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  1. #1
    Senior Member Bradley's Avatar
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    Loft vs. Density

    If I use 3 layers of insulating material = 3 inch of loft

    How would 4 layers of insulating material compressed to 3 inches compare ???

    Any ideas or thoughts ???
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  2. #2
    Senior Member Cold Butt Stephen's Avatar
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    That's a really interesting question. If insulation really works mainly by trapping air then I guess the three layers for three inches would work better than the compressed 4 layers. That certainly seems a bit counterintuitive to me, though. I'll be really interested to see what some of the more educated members here would think.
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  3. #3
    Senior Member KerMegan's Avatar
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    which does not explain how insultex works..maybe it is how well the substance prevents the air that is warmed up by you from moving away? so the impermeable barrier would be a better insulator, but then you get into moisture management issues- how much is too much, how warm is too warm, waking up in a puddle while a frost cloud forms over your breathing space, etc. KM(who is up way too early for this heavy of thinking)

  4. #4
    Senior Member Bradley's Avatar
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    Years ago I was an insulator of metal buildings and even pipe . . .
    The location was northern Canada . . . and back when -40 was not uncommon.

    Pink was just a standard and used in many metal buildings.
    If insulation was required to also be a sound barrier
    then we would use insulation that was somewhat denser, such as rock wool.
    The rock wool seemed to act as well/or-better (???) as a heat insulator as the other products
    On pipe the choices are many from fiberglass to Calcium silicate for extremely hot pipe.
    The Calcium silicate is a dense chalky material that enables very hot steam pipes to be nearly touched on the outside aluminum skin.

    I realize it is somehow the trapped air that is the insulator,
    but some how material and density fall into play as well ????
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  5. #5
    Senior Member Frawg's Avatar
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    I think you'd have to run some experiments to really find an answer. Just a SWAG but I see a trade-off between the effects of convection & conduction. With no feathers, convection sets the insulation value. With a solid mass of material (can you pack feathers that tightly?), and no air, then conduction sets the insulation value. Too few feathers means too much convection; too many feathers means too much conduction. There's gotta be a "happy point" somewhere in between the two extremes. Probably true when using a filler other than feathers, I'd think, but it would give a different "happy point". Yeah, I left out a lot of stuff but I don't want to think that hard right now, either.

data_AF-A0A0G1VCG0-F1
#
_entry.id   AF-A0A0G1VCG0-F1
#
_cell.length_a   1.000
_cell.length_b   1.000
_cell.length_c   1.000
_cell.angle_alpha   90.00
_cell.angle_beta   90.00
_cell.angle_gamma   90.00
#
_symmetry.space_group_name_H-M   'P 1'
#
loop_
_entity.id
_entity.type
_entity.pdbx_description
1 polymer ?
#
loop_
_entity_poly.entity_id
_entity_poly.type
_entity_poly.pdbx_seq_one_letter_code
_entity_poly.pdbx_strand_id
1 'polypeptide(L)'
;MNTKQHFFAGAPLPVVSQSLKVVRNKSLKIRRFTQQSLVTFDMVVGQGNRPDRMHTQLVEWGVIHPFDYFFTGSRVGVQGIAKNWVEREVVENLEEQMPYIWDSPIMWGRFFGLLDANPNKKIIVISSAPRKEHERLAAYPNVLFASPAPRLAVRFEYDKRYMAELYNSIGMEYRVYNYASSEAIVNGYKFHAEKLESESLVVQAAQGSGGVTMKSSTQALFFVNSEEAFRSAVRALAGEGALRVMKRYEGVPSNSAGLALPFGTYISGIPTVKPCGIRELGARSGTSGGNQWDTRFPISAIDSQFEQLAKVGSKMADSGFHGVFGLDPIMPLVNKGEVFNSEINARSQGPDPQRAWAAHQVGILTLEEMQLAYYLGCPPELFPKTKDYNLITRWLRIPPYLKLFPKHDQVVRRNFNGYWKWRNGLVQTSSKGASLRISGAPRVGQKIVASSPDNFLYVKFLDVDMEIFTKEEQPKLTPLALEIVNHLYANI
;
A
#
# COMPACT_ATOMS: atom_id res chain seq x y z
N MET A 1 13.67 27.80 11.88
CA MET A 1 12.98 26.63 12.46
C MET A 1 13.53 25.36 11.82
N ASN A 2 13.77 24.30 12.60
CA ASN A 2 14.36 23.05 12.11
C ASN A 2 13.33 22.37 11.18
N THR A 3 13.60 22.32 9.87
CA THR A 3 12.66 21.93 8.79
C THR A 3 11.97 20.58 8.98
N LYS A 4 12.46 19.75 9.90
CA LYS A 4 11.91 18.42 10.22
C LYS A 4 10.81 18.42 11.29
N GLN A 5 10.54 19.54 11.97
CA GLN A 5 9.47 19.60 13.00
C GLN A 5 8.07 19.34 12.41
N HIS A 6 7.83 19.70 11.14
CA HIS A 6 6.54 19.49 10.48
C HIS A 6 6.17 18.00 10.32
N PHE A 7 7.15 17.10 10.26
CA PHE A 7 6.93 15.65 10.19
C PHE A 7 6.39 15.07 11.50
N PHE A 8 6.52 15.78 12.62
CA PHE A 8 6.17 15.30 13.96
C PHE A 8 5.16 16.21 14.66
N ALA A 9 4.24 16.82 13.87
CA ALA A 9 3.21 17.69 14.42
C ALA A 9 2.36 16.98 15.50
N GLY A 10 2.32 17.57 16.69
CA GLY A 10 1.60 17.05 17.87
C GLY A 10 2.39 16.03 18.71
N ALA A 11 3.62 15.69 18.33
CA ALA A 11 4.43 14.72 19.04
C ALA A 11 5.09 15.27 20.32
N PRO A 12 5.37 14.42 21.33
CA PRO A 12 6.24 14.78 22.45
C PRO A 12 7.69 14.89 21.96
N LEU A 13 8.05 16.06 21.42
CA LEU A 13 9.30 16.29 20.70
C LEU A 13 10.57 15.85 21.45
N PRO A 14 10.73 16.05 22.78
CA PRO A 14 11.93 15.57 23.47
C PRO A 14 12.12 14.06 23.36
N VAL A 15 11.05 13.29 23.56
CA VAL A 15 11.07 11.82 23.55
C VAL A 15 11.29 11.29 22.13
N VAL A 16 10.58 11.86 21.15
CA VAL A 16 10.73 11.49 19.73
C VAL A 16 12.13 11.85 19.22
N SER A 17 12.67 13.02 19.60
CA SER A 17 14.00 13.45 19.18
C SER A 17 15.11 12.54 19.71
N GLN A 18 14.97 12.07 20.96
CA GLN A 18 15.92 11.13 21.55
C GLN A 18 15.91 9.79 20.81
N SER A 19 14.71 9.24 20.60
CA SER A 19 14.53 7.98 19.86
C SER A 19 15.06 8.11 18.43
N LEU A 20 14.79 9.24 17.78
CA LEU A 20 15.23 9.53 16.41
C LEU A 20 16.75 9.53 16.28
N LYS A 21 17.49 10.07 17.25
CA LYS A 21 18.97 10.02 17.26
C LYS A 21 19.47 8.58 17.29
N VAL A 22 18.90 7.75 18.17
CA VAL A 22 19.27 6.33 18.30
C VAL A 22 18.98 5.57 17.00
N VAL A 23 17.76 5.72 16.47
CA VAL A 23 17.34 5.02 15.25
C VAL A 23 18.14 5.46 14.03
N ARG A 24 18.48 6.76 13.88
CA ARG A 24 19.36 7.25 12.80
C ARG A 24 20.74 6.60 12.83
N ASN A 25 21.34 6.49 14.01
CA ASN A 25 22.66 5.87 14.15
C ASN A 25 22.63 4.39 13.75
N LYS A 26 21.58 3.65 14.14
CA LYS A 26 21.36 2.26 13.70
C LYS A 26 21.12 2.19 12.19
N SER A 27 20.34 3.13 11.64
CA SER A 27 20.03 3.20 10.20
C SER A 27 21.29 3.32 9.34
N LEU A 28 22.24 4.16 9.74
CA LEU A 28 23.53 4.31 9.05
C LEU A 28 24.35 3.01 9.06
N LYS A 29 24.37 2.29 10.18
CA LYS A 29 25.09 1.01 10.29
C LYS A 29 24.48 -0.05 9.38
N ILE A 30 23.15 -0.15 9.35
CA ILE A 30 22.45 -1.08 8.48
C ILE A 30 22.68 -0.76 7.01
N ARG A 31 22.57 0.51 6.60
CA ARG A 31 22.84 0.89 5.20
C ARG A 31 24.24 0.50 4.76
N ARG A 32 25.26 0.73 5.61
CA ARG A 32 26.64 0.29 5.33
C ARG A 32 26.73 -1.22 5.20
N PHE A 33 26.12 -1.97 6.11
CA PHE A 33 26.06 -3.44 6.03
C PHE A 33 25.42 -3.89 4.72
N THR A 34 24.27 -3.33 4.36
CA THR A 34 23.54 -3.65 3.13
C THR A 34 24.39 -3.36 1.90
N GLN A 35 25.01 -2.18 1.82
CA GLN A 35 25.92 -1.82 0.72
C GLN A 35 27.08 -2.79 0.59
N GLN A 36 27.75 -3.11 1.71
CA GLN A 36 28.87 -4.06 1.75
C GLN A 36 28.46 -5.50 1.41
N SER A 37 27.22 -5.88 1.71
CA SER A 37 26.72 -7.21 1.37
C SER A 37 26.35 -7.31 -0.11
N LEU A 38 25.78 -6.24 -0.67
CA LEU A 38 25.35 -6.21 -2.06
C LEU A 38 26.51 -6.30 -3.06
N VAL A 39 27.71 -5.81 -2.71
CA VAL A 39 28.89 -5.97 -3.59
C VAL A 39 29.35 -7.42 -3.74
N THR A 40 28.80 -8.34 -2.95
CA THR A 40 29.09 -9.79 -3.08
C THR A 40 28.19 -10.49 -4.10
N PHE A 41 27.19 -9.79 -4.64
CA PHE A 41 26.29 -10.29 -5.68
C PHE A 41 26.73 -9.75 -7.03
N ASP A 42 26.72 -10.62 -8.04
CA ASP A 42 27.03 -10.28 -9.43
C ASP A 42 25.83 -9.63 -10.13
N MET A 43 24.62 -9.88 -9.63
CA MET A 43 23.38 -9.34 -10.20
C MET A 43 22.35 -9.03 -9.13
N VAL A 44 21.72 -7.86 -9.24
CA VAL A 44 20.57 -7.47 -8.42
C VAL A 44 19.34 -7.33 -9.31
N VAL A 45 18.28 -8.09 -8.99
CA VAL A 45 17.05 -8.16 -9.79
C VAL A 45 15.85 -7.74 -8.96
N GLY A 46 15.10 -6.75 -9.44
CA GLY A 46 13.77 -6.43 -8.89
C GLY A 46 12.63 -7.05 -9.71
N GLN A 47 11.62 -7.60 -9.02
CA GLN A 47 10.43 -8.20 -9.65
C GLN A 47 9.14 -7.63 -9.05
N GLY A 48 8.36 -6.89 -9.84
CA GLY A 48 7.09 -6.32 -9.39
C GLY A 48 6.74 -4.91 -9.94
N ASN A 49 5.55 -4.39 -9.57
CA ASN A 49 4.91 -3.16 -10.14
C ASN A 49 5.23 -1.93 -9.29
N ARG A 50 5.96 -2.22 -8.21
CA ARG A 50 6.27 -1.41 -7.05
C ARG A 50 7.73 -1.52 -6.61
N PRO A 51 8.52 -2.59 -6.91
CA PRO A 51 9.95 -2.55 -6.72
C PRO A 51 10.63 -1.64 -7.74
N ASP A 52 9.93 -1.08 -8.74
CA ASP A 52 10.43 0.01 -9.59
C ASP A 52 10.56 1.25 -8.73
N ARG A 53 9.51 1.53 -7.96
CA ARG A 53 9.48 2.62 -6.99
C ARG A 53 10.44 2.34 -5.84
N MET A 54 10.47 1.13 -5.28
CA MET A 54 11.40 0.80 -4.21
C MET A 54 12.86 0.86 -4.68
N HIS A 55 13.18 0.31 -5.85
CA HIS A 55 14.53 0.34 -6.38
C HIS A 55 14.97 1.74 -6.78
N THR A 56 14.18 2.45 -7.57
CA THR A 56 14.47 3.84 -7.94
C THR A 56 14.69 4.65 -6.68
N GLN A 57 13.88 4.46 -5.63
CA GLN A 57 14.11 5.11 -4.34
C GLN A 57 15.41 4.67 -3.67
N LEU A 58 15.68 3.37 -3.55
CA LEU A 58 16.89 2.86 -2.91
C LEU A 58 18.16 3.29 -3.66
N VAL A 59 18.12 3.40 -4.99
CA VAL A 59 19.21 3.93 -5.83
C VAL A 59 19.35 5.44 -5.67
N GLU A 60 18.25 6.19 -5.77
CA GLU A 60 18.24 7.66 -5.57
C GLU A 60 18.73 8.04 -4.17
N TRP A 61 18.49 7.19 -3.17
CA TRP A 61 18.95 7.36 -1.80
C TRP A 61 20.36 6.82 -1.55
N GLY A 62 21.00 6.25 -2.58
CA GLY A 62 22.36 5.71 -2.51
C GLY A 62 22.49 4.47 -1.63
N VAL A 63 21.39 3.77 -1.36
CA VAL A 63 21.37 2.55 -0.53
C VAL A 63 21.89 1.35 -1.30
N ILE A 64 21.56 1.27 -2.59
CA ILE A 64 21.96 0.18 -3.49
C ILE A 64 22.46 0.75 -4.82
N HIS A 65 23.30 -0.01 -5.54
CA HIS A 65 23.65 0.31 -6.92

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  6. #6
    should be warmer (think overstuff). but eventually you reach a point of diminishing returns i think

  7. #7
    Senior Member Just Jeff's Avatar
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    I think Frawg's analogy is correct but there are a few more variables, such as the conductivity of the material (e.g. metal conducts better than down).

    Reading up on R-value will give you some scientific basis for your answer:
    http://en.wikipedia.org/wiki/R-value_%28insulation%29
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  8. #8
    MAD777's Avatar
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    I am certainly no expert at this subject, but sometime back I researched this very thing. My research was limited to down insulation (not things like IX). From what I remember, there are different methods of preventing heat (energy) from transmitting from one object to another. The main ones are convection, conduction and radiation. If there is too much air space in an insulation, the air can move freely resulting in currents, which is convection. Whereas conduction is heat that is transferred through a solid.

    When down is fully lofted there is very little conduction but the large air spaces allow some convection. As the down is compressed, the convection is reduced but at the expense of more conduction. The research that I read seemed to indicate that the convection and conduction nearly canceled each other out between the limits of fully lofted to about 2.5 times compressed.

    I believe a large component of IX's insulation comes in the form of radiation.

  9. #9
    Senior Member Bradley's Avatar
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    Quote Originally Posted by Just Jeff View Post
    Reading up on R-value will give you some scientific basis for your answer:
    http://en.wikipedia.org/wiki/R-value_%28insulation%29
    From wiki:
    Squashing two layers of batting into the thickness intended for one layer will increase but not double the R-value

    interestingly:
    Attached Images Attached Images
    Bradley SaintJohn
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  10. #10
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    http://en.wikipedia.org/wiki/Aerogel

    We need to find some of the Aerogel blankets they talk about & make UQs...

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